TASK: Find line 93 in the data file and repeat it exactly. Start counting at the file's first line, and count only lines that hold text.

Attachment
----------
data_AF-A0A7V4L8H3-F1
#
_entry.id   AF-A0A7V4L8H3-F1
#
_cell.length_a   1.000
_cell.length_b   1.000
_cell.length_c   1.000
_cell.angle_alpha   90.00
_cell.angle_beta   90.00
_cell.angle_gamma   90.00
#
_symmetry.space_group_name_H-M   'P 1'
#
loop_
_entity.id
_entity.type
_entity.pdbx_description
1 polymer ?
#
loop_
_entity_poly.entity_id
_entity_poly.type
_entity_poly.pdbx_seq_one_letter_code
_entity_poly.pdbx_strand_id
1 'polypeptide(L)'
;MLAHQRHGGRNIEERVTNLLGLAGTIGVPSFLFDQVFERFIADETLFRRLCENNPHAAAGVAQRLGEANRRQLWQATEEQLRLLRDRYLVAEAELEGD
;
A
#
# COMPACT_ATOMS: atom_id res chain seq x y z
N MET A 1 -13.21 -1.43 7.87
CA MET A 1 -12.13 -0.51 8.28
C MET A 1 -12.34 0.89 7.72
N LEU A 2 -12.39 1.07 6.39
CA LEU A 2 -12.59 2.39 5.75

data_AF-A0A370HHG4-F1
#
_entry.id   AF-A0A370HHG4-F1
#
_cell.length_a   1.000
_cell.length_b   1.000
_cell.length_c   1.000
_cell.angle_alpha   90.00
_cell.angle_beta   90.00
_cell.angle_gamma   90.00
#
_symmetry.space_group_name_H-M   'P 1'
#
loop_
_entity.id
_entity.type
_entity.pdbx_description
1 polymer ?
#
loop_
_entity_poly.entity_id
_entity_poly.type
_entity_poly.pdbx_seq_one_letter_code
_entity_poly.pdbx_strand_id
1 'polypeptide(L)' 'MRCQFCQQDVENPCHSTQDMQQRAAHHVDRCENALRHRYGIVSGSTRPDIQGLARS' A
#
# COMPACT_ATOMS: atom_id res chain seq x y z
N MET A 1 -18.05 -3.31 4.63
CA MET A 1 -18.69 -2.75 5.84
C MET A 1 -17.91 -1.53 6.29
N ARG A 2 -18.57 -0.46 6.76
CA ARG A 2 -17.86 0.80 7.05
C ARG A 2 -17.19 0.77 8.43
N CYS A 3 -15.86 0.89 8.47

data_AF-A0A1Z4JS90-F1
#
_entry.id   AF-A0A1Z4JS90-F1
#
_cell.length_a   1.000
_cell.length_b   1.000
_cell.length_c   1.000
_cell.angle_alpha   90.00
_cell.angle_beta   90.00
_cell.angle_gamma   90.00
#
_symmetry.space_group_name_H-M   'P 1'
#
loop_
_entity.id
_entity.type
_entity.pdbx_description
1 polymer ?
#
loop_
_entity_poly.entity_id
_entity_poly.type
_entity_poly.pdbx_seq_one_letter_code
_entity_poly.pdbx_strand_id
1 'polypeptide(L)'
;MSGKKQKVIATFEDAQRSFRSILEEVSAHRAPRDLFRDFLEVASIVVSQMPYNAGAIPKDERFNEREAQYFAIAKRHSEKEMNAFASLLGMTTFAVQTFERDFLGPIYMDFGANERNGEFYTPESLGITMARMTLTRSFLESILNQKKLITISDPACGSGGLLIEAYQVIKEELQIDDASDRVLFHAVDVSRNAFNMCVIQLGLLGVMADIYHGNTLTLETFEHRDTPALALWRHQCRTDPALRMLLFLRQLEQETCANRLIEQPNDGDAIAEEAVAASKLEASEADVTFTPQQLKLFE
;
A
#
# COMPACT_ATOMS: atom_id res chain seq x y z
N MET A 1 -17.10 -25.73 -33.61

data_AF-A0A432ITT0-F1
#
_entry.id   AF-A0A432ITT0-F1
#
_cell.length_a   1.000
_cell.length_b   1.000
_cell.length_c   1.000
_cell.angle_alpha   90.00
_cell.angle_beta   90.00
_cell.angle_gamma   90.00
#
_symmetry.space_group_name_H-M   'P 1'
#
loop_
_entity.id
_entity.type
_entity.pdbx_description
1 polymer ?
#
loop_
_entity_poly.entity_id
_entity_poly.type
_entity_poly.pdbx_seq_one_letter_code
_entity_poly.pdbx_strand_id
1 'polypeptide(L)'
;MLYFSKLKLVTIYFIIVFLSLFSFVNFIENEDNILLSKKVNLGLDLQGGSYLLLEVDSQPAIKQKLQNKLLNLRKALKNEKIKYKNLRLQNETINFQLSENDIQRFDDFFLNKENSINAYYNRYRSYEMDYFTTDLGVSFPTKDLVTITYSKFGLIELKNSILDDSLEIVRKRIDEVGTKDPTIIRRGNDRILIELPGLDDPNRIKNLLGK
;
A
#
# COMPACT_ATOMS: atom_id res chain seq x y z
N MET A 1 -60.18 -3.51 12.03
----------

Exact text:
_entity_poly.pdbx_strand_id